We were searching around for our turkey recipe and then I remembered I'd blogged about brining and grilling a turkey last year, so I just went online to follow the instructions there (or perhaps I should say "here"). The post reminded me not only of the recipe, but of my pledge to not overcook the turkey "next time" ... and that Chateauneuf-du-Pape is a good accompaniment to the meal (my cousin-in-law, Richard Gagnon, wine manager at Brattleboro Food Co-op, first introduced me to this unusual pairing).
Among the variations this year:
- My mother and
father-in-lawstepfather are visiting (last year, Amy's aunt, cousin, cousin-in-law and their daughter were visiting ... and I forgot to take a picture of the people (!)).
- We bought a heritage turkey (just under 14 pounds) from our local PCC Natural Market.
- I checked the bird 15 minutes before it is supposed to be done (it was done at exactly the right time - 2 hours, 40 minutes, at 350 degrees - and was not overcooked, I'm glad to say).
- A newly discovered bacon Parmeson Brussels Sprouts recipe was a big hit with everyone.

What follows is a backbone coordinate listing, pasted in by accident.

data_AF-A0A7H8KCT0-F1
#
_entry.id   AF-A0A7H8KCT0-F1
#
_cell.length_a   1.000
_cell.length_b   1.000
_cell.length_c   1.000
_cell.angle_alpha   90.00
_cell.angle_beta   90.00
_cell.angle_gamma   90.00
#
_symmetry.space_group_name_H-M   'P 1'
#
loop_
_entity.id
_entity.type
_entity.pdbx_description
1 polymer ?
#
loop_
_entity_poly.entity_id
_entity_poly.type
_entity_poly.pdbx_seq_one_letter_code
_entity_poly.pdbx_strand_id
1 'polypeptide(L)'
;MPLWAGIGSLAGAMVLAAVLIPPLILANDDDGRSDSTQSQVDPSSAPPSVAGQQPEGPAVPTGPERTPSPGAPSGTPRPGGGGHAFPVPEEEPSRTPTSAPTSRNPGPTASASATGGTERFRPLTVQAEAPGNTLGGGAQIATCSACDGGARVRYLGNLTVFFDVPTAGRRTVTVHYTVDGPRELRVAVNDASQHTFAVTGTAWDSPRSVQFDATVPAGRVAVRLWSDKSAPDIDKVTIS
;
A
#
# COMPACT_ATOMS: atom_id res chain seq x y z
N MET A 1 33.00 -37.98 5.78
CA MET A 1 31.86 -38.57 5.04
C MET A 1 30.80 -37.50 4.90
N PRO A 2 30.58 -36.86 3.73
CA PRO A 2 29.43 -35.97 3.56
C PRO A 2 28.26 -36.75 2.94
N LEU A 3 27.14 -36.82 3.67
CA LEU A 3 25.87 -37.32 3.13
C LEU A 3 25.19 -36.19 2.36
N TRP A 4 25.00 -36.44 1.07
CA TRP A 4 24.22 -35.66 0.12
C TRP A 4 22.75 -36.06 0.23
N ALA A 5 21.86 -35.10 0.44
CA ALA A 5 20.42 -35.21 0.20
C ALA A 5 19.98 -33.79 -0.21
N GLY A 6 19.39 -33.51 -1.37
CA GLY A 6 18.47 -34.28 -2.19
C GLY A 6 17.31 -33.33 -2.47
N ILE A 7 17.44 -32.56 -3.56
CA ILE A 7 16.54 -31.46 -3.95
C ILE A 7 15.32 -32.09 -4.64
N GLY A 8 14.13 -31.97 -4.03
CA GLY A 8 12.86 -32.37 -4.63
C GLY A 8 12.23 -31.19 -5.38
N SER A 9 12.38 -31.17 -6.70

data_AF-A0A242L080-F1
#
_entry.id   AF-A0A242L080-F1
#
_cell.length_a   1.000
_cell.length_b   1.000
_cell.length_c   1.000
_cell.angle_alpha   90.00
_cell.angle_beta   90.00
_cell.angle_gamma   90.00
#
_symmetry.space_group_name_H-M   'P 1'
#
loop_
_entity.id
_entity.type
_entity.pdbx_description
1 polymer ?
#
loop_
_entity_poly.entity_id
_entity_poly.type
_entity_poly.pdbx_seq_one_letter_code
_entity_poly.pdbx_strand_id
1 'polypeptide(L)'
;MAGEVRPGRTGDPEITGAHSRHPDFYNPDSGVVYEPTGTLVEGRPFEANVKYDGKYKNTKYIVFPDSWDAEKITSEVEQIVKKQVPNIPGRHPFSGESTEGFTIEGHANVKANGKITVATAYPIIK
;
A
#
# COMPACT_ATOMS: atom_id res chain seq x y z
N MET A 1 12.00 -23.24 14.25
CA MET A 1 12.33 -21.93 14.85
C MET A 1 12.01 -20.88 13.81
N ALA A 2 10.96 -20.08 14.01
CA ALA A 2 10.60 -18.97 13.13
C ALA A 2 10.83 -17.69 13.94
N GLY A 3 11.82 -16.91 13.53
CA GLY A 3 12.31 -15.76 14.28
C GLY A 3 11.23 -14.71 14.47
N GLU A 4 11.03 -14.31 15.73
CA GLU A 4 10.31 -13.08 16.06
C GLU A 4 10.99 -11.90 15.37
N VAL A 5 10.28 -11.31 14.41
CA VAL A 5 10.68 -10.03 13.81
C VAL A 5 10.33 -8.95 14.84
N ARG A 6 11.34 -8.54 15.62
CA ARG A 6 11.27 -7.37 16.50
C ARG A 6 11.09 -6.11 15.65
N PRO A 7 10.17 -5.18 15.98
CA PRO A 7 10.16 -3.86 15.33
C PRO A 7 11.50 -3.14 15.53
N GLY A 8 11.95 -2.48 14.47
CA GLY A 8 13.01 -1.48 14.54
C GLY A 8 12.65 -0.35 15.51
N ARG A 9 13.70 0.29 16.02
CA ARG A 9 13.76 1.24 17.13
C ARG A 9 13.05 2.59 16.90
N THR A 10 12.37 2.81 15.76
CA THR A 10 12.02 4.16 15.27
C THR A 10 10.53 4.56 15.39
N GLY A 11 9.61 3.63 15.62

- The mashed sweet potatoes were also tasty.
- The 1998 Domaine de Villeneuve Chateauneuf-du-Pape "Ville Vignes" (which we enjoyed last year) and the 2000 Domaine de la Janasse Chateauneuf-du-Pape "Chaupin" were outstanding; the Janasse had more fruit, body and depth, and [so] I preferred that one. Both are predominantly based on the Grenache grape, and so I may experiment with some single varietal Grenache next year, and perhaps a bit of Cinsault (Chateau Ste. Michelle offered their first single varietal bottlings of each grape this past year, and both sold out very quickly to Wine Club members).
On a separate but related note, an email exchange earlier in the day with Dan, who had posted a comment on last year's blog entry about his own firey experience with
flaming grilling a turkey, assured me that he would be practicing safe[r] cooking this year.